Saturday, January 28, 2023

Post #706 - October 22, 1945 I'll Be Following the Same Routine and Walking Those Same Six Miles From Now On


22 October 1945

Dearest Darling, 

I’ll bet I walked six miles today. Twice I walked to and from the Chapel, where we set up the processing line today. That's more than four miles. Then, this evening, I hiked to and from the theater. That's two more miles. So if I come home with too much poundage on me, you won’t be able to say that it was for lack of exercise. And this is only  the beginning. I'll be following the same routine and walking those same six miles from now on. Since I have no alternative, I hope I'll be rewarded for the drudgery by the loss of at least ten pounds.

The picture I saw was "Over 21", with Irene Dunne, Alexander Knox, Charles Coburn and others. I didn't care too much for it. The reasons are too numerous to mention. In particular, I didn't like Alex Knox. The guy has no person
ality, no charm, and despite the big build-up he got for "Woodrow Wilson", I don't think he can act. Irene Dunne, however, is a gal of another color (if you’ll allow me to mutilate a cliché). She must be how old now? Forty? Certainly almost that. Yet she is still fresh and charming, and possessed of a slim curvaceous figure that almost any gal might envy. Luckily, she was almost the whole show, and she made it bearable solely by the sheer charm of her personality.

The mail is apparently held up again. I haven't had a letter in four days. I'm hoping to get a few tomorrow.

I'm reading "Razor's Edge" in fits and snatches whenever I get a coupla free minutes, at mess, etc. I don't know quite what to make of it yet. The plot, if there is one, is developed very slowly. I’m beginning to wonder just what Maugham is trying to prove. That's the way I feel about it now. But that in itself makes for an 
element of suspense. Besides, I never read anything of his before, and I learn a little something from each new author I read, so I'm being educated even if I’m not entertained. The urge to write grows stronger every day. One of these days I’m going to bust loose. I can feel it. And once I start, I'll never stop; I feel that too—Which reminds me that I didn't comment on the information that "Mike" was returned by “This Week". Well, Sweet, you know that I expected nothing else, so what can I say? Guess I could say "I told you so, but I hate people who say "I told you so”—so I won’t say it ~ Personally, I'm perfectly satisfied with my first effort. It may not be well written or sufficiently interesting or perhaps it's lacking in certain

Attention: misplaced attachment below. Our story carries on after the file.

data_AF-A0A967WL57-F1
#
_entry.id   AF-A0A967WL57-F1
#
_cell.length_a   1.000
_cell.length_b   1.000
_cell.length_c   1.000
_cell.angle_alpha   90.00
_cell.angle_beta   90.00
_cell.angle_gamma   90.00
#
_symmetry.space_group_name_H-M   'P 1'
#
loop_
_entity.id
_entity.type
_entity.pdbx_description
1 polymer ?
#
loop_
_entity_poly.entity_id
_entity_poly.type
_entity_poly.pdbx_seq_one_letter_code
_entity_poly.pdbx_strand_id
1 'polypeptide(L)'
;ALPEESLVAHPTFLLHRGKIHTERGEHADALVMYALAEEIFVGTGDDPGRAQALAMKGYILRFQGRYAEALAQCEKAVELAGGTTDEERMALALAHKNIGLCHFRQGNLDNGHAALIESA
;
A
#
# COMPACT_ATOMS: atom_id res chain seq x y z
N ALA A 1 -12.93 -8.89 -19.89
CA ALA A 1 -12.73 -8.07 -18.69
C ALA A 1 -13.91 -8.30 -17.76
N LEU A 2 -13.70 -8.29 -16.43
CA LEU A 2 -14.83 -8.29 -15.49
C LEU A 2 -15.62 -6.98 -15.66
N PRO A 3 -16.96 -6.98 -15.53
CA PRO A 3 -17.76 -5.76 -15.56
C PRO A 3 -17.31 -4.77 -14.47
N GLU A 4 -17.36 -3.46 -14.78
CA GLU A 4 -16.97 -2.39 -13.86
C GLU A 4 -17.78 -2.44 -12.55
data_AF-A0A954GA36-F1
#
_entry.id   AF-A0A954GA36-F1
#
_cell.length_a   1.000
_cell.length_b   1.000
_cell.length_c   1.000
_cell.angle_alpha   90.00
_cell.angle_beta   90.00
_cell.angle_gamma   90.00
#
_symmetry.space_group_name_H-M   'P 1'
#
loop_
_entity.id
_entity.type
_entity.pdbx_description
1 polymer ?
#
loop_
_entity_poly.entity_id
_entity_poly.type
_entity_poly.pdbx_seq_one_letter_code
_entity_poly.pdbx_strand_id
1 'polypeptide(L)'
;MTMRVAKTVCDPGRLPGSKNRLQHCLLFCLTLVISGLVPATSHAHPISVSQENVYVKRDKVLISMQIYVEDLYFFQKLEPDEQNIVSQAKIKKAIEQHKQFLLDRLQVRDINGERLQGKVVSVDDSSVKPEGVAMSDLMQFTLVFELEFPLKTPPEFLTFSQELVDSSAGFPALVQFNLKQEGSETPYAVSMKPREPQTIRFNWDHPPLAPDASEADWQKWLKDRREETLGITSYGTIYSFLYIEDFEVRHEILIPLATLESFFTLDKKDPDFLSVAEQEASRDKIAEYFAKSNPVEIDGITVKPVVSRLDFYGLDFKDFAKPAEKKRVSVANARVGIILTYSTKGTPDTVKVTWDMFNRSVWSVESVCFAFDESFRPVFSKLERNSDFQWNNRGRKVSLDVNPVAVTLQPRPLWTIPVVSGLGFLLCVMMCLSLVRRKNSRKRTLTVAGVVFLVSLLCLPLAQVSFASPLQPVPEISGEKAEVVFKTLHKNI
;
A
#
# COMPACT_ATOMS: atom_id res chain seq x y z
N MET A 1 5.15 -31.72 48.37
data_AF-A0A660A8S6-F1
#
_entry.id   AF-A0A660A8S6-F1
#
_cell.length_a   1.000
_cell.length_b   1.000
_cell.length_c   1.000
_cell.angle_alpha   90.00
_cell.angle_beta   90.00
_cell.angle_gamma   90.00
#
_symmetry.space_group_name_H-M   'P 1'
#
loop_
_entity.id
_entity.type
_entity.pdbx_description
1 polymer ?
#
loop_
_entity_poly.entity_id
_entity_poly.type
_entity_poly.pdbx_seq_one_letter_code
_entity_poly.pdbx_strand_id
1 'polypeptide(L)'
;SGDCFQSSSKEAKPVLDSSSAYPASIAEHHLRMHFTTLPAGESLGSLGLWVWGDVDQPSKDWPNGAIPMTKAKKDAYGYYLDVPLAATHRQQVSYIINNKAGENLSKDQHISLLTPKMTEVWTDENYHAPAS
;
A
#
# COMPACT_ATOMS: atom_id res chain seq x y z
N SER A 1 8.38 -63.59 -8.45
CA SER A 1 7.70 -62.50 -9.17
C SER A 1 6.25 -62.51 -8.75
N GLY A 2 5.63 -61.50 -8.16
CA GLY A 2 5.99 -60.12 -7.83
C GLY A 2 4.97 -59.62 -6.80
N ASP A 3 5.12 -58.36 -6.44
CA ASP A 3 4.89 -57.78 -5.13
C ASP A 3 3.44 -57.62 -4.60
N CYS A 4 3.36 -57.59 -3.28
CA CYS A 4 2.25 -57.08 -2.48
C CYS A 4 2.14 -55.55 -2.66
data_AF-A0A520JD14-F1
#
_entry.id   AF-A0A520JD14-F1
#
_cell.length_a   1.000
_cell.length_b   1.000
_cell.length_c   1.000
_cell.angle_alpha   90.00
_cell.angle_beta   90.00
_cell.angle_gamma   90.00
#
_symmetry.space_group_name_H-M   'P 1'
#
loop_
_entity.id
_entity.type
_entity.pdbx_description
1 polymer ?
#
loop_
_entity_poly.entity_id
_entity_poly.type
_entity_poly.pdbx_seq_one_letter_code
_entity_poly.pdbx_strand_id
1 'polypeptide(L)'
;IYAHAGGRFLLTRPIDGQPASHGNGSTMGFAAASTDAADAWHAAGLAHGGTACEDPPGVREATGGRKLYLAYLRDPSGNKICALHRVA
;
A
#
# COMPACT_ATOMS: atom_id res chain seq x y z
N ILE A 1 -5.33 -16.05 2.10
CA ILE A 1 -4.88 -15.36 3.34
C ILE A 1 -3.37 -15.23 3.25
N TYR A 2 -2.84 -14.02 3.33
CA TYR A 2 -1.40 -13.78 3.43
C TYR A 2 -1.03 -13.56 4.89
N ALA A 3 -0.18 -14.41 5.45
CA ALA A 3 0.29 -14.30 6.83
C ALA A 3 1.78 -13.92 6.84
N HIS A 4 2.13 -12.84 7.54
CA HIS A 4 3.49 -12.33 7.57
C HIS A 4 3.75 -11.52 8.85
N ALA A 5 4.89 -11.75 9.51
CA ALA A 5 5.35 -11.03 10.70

essentials necessary to a short story, or it may have all those faults, but I'm content merely because I was able to put an idea down on paper that people can understand. I suspect that the greatest fault of both “Mike" and "ETOUSA Interlude" is that they are so "typical" that they are commonplace, and therefore uninteresting. It struck me only today that they both have that quality in common. Did you notice that, honey? Wonder why I am moved to write stories that must have had a thousand bases in fact? It also occurred to me that had "Mike" actually been published, we would, in all likelihood have been deluged with letters from gals all over the country wanting to know how in hell I got “their” story, etc, etc. Bet you never thought of that! Think it over, Chippie, and tell me if I have grounds for thinking that or not. I think I told you that I had coupla stories "in my head.” One in particular begs to be written, and when I get around to it honey, promise you it won't be typical. I might even venture to say it's not like anything you ever read before! I've been “building up” to a writing mood these past few weeks. I think the next time I get an opportunity—which means a few hours of free time, and an atmosphere of peace and quiet in a place where I won't be interrupted. Don't know when I'll attain this combination of requisites, but when I do, you can bet your life I'll knock out this next story. I haven't thought about its title ’til now. As a matter of fact, I'm not sure that it will be a story, in the accepted sense. I do know that it must be written in the first person, and I've been thinking that it is more fitting as a monologue; you know, the type of thing you hear on the radio. The more I consider it, the more I'm convinced it would be more effective in that form. Yes, I think I'll do it that way.

It's almost time for lights out, Sweet. Hope I haven't bored, you. I love you very 
much, my Evie—Here's a kiss for you, and one for the punkin. My love to all.

Your Phil

P.S. - This time next month???